President Obama’s signing of Food Safety Modernization Act into law last week made big news and ushered in the first major overhaul of America’s food safety system since 1938. Media coverage of several high-profile recalls—eggs, spinach, lettuce, meat products, peanut butter, and sprouts—helped fuel broad-based support from consumers, food industry players, and lawmakers from both parties. Even so, the bill took more than a year to pass, and some in the Senate now are threatening to gut funding for its implementation.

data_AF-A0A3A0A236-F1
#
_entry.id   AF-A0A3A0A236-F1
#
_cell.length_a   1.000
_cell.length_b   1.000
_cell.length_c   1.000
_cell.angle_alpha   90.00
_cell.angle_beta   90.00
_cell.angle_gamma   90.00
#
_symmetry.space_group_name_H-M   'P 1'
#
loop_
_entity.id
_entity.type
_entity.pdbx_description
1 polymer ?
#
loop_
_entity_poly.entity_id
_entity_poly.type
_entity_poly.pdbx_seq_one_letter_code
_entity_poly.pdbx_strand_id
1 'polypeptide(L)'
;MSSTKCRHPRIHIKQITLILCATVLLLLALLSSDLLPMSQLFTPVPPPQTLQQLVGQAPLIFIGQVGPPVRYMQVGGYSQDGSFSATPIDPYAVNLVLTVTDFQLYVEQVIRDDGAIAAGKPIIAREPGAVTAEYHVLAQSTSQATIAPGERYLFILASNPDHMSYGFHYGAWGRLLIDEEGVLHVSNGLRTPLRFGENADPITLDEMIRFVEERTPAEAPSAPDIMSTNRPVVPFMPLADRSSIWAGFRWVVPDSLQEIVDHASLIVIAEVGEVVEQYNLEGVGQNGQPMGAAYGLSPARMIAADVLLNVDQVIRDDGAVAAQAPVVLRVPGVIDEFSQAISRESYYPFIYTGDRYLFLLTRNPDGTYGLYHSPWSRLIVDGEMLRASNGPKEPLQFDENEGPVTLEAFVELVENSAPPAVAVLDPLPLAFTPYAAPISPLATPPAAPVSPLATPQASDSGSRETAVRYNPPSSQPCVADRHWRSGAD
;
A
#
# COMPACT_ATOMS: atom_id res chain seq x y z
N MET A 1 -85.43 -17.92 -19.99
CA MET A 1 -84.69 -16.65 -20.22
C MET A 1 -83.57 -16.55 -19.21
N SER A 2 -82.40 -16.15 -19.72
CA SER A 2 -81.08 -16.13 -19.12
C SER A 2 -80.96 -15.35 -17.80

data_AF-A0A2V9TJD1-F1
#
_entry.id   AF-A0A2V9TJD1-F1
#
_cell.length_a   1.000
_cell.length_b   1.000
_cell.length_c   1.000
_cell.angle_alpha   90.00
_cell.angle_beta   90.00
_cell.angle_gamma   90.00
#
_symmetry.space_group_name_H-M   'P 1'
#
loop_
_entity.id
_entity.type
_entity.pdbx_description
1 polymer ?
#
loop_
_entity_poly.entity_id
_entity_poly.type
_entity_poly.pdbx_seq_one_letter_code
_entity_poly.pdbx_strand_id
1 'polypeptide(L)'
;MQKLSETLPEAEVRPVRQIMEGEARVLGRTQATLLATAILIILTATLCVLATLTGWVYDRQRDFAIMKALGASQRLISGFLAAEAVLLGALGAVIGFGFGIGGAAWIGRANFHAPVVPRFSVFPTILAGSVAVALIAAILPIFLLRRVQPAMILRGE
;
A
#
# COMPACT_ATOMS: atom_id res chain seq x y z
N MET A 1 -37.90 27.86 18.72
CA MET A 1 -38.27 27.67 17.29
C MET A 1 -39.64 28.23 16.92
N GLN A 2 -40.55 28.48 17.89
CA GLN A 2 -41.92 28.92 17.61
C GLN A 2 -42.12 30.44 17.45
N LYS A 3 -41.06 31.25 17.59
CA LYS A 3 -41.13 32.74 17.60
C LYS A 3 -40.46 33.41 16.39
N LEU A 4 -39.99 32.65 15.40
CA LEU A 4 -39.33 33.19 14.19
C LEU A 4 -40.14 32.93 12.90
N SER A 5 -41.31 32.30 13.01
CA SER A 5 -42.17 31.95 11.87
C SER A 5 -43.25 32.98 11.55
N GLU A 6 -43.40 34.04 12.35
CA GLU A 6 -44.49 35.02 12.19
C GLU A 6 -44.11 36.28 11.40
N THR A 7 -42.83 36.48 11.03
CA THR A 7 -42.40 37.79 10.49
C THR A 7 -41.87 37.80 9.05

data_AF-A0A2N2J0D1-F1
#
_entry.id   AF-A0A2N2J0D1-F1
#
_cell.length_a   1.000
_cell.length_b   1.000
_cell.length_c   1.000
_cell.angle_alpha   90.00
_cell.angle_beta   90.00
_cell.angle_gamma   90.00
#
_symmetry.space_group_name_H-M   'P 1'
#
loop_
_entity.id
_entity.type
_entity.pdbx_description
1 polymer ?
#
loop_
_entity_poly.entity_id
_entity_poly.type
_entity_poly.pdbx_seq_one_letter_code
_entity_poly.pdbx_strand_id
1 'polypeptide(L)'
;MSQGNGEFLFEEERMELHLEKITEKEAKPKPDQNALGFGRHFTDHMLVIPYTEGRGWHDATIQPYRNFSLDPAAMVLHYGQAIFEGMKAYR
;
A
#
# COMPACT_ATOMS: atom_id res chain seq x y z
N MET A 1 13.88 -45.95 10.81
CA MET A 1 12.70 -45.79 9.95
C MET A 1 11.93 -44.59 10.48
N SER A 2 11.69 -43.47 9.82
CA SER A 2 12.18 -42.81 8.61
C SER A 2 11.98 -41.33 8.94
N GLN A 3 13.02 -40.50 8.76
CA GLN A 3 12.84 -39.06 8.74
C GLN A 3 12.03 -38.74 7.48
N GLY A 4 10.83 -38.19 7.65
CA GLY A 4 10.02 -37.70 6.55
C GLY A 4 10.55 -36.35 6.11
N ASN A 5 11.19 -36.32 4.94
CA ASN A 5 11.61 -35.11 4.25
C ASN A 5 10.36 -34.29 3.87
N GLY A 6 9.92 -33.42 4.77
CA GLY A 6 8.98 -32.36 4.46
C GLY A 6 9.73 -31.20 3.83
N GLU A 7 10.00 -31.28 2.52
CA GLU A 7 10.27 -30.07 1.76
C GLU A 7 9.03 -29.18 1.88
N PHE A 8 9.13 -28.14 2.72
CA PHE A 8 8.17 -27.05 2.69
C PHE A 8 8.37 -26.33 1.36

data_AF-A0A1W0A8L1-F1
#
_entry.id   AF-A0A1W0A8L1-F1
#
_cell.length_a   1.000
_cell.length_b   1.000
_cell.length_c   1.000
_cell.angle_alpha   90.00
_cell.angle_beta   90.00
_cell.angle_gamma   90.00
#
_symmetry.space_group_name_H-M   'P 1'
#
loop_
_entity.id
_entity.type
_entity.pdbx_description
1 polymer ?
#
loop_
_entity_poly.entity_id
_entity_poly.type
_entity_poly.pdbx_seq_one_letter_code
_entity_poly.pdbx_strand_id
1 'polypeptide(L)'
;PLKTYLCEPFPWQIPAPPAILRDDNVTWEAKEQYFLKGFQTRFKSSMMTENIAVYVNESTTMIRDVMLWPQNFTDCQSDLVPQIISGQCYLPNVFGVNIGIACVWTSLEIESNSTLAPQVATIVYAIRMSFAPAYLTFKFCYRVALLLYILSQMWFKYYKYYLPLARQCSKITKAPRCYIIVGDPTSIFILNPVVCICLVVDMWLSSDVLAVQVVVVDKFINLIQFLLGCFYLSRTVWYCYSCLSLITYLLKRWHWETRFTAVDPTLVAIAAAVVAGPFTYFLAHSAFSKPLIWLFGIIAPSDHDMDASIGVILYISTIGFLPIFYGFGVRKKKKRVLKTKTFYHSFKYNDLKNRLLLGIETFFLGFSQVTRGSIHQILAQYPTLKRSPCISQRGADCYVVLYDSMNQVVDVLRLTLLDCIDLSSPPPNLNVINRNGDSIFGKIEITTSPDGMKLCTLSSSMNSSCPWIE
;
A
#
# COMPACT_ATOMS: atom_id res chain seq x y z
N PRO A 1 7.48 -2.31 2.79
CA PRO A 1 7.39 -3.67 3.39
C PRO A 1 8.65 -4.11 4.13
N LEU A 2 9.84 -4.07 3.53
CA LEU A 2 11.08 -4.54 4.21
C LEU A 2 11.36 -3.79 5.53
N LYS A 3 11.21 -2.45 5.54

But beyond the politics, those of us who eat may be wondering: Will this law make the food on my table safer? Delicious Living magazine talked with three food-safety experts to get their take.

Important first step

“It’s a big start, a good start,” says Drew Falkenstein, an attorney who represents victims of foodborne illnesses, about the Food Safety Modernization Act (FSMA). “It signals a significant culture change as far as regulation goes.” The shift is long overdue, says Barbara Kowalcyk, director of food safety at the Center for Foodborne Illness Research and Prevention. “The way we distribute food has changed drastically in the last 70 years; we need to bring our food oversight system into the 20th century.”